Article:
I ended up renting instead of selling.....and I agree, some money is better than none, but I don't think I'd ever do it again. It's a lease to own situation, the tenant seemed great, nice family, well put together, you would never think she'd live in the squalor that she turned my home into. Here's hoping she'll actually purchase the home next month like she's supposed to, since I can't imagine having to go clean it after she's moved out.
Sure, GOOD tenants are great, the problem is knowing someone will be a good tenant before they get in there. For many it's not a chance they're willing to take--or they think the minute they rent it out a great offer will come around and they'll be stuck with a rental contract.

here's my "dining room" when I made a surprise visit in Dec (after the neighbor called to say the cops had been there--and the rent was months late)
http://lh4.ggpht.com/_xuCjADlDSww/ST7NTb-8d2I/AAAAAAAAAbg/jZ1v2WAFlu4/s640/100_8231.JPG (broken link)
and my master bedroom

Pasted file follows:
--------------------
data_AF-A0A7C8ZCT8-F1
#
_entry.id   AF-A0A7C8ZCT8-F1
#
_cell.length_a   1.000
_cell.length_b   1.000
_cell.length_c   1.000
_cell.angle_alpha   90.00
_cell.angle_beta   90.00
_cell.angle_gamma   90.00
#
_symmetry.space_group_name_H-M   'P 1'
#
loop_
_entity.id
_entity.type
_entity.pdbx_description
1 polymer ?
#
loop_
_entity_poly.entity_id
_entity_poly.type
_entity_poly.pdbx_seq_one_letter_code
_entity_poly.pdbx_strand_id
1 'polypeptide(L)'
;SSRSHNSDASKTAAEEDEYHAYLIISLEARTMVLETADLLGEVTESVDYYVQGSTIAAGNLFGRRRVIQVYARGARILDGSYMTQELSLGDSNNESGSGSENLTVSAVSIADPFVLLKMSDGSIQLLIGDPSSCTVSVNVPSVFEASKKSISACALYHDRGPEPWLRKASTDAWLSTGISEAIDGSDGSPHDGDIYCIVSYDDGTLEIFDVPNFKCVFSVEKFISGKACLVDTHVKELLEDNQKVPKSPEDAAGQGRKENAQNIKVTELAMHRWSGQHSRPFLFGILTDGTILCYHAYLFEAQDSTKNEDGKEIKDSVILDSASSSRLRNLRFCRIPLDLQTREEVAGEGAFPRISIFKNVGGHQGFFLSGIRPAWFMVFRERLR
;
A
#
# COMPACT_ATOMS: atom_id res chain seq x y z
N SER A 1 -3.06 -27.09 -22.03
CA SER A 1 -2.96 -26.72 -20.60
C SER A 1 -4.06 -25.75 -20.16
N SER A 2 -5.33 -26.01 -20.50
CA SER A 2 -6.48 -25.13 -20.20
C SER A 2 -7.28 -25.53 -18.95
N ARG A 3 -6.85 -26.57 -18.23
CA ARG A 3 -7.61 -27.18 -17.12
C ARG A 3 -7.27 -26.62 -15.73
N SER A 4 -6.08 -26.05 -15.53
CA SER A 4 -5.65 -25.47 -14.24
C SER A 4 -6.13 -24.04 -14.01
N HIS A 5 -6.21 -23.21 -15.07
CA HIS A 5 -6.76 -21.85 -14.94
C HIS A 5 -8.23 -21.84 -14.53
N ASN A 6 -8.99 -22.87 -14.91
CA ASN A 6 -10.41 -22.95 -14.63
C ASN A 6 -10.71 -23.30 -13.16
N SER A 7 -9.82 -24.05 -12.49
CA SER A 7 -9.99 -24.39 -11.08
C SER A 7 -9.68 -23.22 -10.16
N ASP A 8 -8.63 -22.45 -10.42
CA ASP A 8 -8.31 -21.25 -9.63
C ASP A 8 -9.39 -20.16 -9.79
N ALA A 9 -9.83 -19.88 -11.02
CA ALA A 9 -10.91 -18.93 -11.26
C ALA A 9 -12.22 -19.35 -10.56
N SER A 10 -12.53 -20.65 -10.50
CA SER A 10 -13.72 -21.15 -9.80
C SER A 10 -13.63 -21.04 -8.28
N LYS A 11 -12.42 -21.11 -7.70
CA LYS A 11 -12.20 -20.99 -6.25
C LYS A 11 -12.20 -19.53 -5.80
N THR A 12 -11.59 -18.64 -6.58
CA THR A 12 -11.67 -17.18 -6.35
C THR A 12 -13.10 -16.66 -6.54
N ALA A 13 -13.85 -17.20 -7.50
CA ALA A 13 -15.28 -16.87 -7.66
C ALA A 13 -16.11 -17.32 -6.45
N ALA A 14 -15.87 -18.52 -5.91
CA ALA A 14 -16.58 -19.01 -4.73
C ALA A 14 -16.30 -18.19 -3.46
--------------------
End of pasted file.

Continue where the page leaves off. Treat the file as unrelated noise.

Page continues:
http://lh4.ggpht.com/_xuCjADlDSww/ST7NcOi1H3I/AAAAAAAAAcA/ssUk3bLHfXg/s512/100_8235.JPG (broken link)
and the damaged door to upstairs
http://lh5.ggpht.com/_xuCjADlDSww/ST7NnBJe1lI/AAAAAAAAAc0/Lk2598Jg9AI/s640/100_8241.JPG (broken link)
http://lh4.ggpht.com/_xuCjADlDSww/ST7N7MategI/AAAAAAAAAeM/ymTZw9GuU5A/s128/100_8252.JPG (broken link)
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Old 05-10-2009, 09:12 AM
 
1,031 posts, read 2,143,813 times
Reputation: 521
Quote:
Originally Posted by Svross View Post
I just wonder why there are so many empty homes for sale when there are responsible tenants looking for homes to rent.

Why would you keep your house on the market empty when you could rent it to me and wait a year or two to try again?